Ryan E. Walters, Cinematographer

Cinematic Excellence at 24 Frames a Second

Three Reasons Why It Is Bad Business To Be A Cinematographer

Photo By: Levi Moroshan
As someone who is committed to lifelong learning and continual self-reflection, this last year has brought with it an evaluation of where I'm at and where I am headed. I've come to the conclusion, after a lot of soul searching, that it is bad business to be a cinematographer. That is not to say that I do not love what I do. I feel very blessed to be paid to do what I love. I still can't believe that people give me money to do this! But that doesn't mean it makes for good business. Here are three reasons why it's bad business, and what I wish I knew 5-10 years ago.

Although what I write here is geared towards the camera department and cinematographers, I think it applies to anyone in any creative field. As always, take what I say with a grain of salt- as I am offering my own perspective and experience.

Bad Business Reason 01: The Digital Revolution
Although I still have a soft spot for film, I love the opportunities that the digital revolution has opened up to the visual arts. Not only has it allowed us to get cameras into spaces that once were impossible, but it has lowered the barrier to entry. For well under $1,000, anyone can pick up a quality camera to shoot their films. That means that people can start learning earlier in life, get more experience sooner, and be more skilled at a younger age.

And while the digital revolution has brought with it new opportunity, and it has removed the barriers to entry, it has also brought with it an unintended consequence of the evaporation of the middle market. Over the last several years, I have seen a drastic change in the type of projects that I shoot. It used to be that my commercial projects would split as follows: 25% Low Budget (>$10,000) / 50% Middle ($10,000 - $100,000) / 25% High ($100,000+). These days it seems that the split has changed to 40% Low, 20% Middle, and 40% High.

People who value quality and experience will be willing to pay for it. But there seems to be a trend these days. People think that because the gear is so affordable, the crew behind the gear should be paid peanuts as well. So with the downward pressure of gear prices, and the struggling economy, it has been my experience that the cushy middle-range projects are drying up.

This makes for bad business, because it stalls growth and development of skills. These days we are being asked to deliver more with less-less crew, less equipment, less experience. Since anyone can buy a camera, at the low end there is a glut in the market. In my area, I have seen people rent themselves and their Scarlet package out for $200 per day. There seems to be a never-ending supply of people who offer themselves up this way. So, from a market perspective, why should anyone pay more than that? If someone has a choice between paying $1,200 or $200, and they are not picky, why not save $1,000?

But the problem is that the way you advance to high paying jobs is through working your way up the budget range. I didn't go from shooting a $5,000 commercial to a $250,000 commercial overnight. Although the principles of shooting are the same at either budget level, it is those mid-range jobs that paved the way for me to learn how to work with larger crews, tighter schedules, and higher demands. These were experiences that I could not get by just working on low end projects.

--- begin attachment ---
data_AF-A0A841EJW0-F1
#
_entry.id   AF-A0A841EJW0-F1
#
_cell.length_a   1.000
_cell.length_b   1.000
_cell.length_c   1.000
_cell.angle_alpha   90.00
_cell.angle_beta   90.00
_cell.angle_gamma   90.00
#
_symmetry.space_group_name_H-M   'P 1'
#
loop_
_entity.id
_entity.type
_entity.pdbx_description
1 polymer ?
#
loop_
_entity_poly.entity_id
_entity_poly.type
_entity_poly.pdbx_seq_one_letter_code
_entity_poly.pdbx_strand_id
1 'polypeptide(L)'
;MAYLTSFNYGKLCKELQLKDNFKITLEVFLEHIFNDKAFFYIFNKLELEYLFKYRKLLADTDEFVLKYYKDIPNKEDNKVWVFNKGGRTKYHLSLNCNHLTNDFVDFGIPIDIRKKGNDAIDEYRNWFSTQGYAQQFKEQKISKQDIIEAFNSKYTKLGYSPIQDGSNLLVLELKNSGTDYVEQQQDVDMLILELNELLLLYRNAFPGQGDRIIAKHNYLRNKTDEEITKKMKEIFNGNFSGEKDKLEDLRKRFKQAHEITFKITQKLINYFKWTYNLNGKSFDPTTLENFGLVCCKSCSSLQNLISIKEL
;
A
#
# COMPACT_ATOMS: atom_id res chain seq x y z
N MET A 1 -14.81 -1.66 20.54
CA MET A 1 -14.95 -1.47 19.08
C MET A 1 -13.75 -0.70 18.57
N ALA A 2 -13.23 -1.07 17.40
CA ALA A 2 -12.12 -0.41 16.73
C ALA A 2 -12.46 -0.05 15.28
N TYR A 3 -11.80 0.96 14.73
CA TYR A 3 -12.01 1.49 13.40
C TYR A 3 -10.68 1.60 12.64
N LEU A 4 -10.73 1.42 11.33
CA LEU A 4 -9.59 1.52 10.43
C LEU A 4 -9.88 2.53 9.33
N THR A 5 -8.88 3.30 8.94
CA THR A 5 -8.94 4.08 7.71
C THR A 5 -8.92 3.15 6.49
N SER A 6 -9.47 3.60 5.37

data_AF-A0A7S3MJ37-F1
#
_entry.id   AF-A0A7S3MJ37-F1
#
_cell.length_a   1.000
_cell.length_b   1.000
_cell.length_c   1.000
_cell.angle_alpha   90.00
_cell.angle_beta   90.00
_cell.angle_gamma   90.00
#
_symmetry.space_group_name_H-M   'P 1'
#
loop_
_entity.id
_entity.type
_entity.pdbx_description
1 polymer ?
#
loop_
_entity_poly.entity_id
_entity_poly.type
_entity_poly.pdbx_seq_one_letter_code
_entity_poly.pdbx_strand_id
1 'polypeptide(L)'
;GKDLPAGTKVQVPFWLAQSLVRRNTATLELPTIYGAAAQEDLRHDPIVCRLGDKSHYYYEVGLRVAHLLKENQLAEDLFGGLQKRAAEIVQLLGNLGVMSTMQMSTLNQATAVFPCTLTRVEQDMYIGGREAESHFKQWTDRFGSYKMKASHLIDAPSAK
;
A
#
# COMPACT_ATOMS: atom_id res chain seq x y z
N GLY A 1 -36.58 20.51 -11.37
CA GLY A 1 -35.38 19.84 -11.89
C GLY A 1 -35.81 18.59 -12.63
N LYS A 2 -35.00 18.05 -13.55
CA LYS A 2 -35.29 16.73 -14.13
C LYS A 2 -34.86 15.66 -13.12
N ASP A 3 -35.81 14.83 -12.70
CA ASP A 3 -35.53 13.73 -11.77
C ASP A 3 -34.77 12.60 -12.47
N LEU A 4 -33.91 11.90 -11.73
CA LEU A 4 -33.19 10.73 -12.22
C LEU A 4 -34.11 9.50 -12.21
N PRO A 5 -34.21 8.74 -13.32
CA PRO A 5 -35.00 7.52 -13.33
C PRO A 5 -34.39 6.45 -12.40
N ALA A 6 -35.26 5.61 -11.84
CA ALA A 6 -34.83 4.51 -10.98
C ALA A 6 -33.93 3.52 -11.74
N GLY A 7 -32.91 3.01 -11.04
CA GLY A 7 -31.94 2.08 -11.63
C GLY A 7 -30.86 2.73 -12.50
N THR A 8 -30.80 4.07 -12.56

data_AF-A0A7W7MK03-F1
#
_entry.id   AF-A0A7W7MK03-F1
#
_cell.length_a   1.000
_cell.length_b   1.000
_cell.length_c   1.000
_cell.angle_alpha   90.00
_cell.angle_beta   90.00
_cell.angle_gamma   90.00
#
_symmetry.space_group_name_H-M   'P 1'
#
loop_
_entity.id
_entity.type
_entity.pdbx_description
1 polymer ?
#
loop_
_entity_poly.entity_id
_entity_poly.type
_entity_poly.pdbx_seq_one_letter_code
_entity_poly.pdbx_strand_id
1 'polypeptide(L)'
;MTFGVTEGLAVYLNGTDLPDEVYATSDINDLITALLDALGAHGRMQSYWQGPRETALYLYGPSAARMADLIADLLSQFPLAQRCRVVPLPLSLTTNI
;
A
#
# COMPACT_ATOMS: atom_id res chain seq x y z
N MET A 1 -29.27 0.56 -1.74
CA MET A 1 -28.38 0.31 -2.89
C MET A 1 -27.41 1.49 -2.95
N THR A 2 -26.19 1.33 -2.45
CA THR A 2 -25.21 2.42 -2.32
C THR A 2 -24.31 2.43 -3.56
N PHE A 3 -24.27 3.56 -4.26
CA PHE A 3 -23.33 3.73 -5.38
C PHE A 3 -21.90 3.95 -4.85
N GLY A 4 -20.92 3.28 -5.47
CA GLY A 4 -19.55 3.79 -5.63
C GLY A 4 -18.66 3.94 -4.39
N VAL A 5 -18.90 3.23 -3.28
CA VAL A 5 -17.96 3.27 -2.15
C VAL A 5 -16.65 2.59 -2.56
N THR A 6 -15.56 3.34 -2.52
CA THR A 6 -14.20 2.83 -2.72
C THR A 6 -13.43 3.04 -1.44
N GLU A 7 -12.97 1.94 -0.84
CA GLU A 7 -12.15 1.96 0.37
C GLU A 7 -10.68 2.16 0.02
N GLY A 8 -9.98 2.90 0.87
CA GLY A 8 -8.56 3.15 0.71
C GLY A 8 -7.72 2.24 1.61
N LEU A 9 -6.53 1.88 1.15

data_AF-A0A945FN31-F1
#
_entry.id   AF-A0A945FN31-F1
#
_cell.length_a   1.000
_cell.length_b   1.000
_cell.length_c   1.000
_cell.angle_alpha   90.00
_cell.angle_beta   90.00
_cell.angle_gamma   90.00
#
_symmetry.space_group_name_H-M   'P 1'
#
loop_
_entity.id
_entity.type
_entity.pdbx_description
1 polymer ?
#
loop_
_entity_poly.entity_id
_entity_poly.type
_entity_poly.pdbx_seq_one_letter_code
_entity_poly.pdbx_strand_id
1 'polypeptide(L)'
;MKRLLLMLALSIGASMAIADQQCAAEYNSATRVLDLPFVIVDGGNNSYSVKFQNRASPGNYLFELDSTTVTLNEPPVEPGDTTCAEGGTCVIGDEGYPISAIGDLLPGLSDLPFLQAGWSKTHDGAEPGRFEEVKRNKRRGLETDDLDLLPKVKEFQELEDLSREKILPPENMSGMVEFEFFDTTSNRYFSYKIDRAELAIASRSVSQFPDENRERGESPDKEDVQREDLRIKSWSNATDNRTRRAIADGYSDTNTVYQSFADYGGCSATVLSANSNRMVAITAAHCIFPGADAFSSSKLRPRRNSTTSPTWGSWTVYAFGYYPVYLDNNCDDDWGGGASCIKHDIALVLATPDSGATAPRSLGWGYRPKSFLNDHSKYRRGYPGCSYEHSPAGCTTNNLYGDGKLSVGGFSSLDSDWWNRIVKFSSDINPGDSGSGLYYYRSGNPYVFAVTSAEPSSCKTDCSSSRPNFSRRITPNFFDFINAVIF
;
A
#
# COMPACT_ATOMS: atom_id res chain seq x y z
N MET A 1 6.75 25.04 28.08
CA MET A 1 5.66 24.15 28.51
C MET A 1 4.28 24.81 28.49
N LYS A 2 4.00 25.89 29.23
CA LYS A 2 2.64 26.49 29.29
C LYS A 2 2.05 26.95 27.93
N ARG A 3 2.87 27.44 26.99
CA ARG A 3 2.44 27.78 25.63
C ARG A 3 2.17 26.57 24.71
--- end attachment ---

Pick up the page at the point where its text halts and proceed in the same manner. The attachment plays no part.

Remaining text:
Yes, I know Autodesk is misspelled - so much for trusting auto correct! :)

Bad Business Reason 02: The Self-Employed Dilemma
When I first struck out on my own in self-employment, I thought it was amazing! Although it was filled with ups and downs financially, I loved that I was my own boss. I could determine what I worked on, and what my schedule looked liked. Over the years I was able to raise my rates, make more money and work on more rewarding projects. I thought I had a pretty good setup.

Unfortunately, that was short-term thinking. When you become self-employed, you are setting yourself up for a cap on how much you can make. By definition, there is only so much you can make, as there is only one of you. While you can raise your rates to make more money, there are only so many hours in the day, and there are only so many projects that will hire you at those rates (especially with the downward pressure on budgets these days…).

So, if we, the self-employed, want to make more money, then we are left with the following options: work every possible hour of every day, or lower your living expenses to open up a greater profit margin. This self-imposed cap to how much we can make just doesn't make for good business, in my opinion.

Bad Business Reason 03: Long-Term Sustainability
As I look at reason 01 and reason 02, and then project another 30 years in the future, the longer-term projections do not look good. Let's say that I take the route of working every possible hour of every day on every project that comes my way. I will now be making more money, but at what cost, and how long can I sustain it?

Right now my body is in good health, and I can work a 10-14 hour day lugging camera equipment and lights around no problem. But will I be able to do that when I'm 60? With the smaller crews today, I think it is foolish to think that I will have a large enough crew to do the work for me. I guess I could hope that the trend of lighter, smaller equipment continues - but I think that is a bit of a gamble. I think there will always a be a need to set up some kind of equipment…